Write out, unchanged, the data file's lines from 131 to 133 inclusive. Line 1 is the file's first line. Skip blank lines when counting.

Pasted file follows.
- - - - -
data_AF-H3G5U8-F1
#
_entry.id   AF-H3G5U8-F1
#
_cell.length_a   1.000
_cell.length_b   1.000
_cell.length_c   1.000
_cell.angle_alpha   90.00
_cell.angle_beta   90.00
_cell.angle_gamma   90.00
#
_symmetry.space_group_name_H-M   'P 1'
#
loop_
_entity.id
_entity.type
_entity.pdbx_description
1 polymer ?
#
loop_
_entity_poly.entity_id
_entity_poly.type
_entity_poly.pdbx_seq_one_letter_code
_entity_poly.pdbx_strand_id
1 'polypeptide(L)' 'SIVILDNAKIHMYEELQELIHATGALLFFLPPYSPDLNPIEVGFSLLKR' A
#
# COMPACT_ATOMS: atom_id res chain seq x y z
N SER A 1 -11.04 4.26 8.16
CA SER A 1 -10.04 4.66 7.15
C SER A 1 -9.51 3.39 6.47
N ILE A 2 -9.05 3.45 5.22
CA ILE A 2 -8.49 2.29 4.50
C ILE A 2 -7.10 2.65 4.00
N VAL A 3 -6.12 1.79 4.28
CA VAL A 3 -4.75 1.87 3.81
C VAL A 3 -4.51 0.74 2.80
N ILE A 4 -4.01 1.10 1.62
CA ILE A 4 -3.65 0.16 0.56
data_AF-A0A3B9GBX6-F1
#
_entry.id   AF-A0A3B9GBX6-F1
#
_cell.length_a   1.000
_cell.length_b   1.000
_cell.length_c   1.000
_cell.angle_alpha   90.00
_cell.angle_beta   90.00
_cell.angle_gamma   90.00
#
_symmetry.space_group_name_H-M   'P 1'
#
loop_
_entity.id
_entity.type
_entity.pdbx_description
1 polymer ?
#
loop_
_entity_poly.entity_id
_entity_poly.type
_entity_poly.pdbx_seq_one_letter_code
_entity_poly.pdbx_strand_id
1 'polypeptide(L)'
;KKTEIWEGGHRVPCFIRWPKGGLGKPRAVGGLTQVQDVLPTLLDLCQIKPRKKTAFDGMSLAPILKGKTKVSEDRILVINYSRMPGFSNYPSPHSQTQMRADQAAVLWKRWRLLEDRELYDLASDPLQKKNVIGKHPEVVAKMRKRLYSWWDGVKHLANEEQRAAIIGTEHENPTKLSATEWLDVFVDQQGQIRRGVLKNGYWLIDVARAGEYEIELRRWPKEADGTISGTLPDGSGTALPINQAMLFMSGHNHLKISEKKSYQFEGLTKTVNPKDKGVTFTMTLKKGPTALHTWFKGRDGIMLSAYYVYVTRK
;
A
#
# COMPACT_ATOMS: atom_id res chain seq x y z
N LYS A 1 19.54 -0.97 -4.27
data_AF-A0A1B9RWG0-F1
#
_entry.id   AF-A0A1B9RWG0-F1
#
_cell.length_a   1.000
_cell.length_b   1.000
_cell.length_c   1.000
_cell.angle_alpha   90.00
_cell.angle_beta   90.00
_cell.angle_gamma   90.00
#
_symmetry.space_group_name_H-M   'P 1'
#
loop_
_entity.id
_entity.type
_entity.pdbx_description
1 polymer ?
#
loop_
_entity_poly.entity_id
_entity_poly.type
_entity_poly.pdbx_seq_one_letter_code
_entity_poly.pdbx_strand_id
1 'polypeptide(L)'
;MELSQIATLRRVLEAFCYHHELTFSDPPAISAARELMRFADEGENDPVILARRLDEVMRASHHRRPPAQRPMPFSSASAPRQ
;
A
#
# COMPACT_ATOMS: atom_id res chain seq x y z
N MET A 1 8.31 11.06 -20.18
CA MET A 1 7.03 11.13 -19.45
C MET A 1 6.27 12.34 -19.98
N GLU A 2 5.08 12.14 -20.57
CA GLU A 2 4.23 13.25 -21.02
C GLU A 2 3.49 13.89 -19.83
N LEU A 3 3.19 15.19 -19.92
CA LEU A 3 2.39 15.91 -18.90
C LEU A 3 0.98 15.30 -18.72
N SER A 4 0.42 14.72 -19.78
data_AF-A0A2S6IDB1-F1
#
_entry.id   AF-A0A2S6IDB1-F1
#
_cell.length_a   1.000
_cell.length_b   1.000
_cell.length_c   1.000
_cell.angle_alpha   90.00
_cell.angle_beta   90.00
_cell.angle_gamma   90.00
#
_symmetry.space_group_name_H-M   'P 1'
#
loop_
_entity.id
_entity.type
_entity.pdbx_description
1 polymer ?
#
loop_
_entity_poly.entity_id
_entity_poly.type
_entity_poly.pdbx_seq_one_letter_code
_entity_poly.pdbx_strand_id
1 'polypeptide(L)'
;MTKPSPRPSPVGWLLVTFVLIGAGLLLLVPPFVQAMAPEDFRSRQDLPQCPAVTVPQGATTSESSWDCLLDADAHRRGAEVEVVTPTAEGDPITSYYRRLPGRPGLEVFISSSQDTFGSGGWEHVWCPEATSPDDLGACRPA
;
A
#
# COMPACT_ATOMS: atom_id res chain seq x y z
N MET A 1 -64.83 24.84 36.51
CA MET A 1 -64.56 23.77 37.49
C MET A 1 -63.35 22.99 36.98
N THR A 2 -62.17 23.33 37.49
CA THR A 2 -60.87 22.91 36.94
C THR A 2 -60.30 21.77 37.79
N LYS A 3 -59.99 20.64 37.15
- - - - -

_entity_poly.type
_entity_poly.pdbx_seq_one_letter_code
_entity_poly.pdbx_strand_id